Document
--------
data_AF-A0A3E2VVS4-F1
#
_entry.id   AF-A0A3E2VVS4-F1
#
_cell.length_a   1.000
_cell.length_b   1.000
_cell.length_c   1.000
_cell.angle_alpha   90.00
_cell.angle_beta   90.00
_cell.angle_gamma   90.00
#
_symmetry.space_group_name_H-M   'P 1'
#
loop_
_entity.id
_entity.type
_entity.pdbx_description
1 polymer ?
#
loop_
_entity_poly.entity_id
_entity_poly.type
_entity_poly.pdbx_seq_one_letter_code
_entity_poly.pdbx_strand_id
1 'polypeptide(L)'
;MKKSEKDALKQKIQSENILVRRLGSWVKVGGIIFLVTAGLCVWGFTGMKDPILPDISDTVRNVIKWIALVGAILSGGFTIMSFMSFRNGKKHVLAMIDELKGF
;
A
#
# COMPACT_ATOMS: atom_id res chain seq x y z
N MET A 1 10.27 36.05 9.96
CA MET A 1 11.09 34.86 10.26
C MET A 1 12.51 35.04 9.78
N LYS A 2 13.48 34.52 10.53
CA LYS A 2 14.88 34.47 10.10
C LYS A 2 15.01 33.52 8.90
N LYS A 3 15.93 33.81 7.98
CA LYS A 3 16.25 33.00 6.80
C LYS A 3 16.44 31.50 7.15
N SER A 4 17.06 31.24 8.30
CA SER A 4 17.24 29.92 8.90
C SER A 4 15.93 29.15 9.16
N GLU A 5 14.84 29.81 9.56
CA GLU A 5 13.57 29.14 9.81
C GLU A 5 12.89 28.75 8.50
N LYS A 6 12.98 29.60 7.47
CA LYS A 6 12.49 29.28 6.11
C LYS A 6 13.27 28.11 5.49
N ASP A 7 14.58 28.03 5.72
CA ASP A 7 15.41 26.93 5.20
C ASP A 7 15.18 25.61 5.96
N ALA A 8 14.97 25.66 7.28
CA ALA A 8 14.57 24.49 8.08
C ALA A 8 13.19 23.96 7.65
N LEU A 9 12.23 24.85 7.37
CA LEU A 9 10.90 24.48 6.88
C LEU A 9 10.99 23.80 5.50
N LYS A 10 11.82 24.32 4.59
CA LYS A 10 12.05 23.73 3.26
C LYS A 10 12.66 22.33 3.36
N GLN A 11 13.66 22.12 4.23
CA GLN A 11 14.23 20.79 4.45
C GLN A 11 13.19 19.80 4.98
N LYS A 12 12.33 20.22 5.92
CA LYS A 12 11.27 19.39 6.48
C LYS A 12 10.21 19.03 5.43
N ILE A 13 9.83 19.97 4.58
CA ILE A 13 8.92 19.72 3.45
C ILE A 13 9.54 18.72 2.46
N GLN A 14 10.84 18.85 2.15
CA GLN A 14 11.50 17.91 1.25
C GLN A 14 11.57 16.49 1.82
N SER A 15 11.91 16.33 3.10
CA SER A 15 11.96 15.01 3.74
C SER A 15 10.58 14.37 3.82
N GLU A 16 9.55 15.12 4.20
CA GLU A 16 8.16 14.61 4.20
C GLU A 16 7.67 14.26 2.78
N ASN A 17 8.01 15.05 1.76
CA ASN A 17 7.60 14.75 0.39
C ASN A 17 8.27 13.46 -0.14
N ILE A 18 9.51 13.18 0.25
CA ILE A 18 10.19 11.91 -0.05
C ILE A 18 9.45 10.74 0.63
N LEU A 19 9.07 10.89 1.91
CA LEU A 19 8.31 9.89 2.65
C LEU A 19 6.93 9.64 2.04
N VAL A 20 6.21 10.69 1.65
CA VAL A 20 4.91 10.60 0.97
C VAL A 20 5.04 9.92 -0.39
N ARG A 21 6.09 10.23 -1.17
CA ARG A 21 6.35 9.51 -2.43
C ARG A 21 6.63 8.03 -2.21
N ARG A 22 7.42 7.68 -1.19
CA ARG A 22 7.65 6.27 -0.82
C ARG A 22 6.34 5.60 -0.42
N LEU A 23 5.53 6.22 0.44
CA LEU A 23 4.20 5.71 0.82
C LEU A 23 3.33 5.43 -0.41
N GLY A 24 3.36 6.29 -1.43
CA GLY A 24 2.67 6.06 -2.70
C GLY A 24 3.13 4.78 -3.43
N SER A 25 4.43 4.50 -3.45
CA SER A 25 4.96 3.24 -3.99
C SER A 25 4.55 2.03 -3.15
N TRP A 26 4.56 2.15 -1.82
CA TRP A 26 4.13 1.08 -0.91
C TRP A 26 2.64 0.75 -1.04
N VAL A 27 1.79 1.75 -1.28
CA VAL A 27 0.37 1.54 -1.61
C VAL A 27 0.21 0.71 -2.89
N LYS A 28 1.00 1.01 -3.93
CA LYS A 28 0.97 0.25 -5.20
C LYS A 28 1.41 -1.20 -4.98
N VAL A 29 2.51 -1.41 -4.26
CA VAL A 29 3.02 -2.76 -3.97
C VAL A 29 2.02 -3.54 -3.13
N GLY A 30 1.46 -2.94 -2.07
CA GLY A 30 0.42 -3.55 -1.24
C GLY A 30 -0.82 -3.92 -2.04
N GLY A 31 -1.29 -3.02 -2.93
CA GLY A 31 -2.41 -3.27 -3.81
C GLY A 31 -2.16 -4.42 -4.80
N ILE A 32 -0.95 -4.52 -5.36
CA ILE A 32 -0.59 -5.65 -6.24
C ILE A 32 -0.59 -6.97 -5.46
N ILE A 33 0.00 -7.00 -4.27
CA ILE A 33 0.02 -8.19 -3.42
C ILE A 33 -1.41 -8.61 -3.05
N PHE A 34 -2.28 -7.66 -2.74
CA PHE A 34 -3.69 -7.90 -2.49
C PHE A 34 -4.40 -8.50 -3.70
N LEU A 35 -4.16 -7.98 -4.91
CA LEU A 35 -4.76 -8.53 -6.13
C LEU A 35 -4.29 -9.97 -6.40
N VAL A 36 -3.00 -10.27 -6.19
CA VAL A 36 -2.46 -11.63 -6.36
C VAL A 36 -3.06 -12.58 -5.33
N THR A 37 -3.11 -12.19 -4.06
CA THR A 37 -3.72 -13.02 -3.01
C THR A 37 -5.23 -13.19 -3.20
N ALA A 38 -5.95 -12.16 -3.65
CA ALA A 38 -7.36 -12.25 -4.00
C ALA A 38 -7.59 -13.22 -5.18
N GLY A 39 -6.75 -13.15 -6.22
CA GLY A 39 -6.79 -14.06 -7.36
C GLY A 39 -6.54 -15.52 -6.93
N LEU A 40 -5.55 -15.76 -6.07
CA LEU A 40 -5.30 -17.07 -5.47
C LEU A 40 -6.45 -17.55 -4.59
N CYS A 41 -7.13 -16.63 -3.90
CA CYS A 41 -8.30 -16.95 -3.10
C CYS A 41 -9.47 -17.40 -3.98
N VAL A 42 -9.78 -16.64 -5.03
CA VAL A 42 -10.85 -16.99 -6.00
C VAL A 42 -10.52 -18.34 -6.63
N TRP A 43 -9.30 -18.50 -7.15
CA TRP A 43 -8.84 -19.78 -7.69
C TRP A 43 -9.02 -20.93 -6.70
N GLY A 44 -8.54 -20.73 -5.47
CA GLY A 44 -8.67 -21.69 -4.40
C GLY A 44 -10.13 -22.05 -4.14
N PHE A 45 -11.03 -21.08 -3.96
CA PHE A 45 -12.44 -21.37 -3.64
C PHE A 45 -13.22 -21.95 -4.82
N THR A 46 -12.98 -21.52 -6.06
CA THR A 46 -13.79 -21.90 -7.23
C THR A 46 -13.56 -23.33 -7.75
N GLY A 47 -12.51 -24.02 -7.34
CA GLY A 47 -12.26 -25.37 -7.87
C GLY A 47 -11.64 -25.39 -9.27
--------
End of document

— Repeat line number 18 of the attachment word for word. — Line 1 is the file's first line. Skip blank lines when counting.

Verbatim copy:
1 polymer ?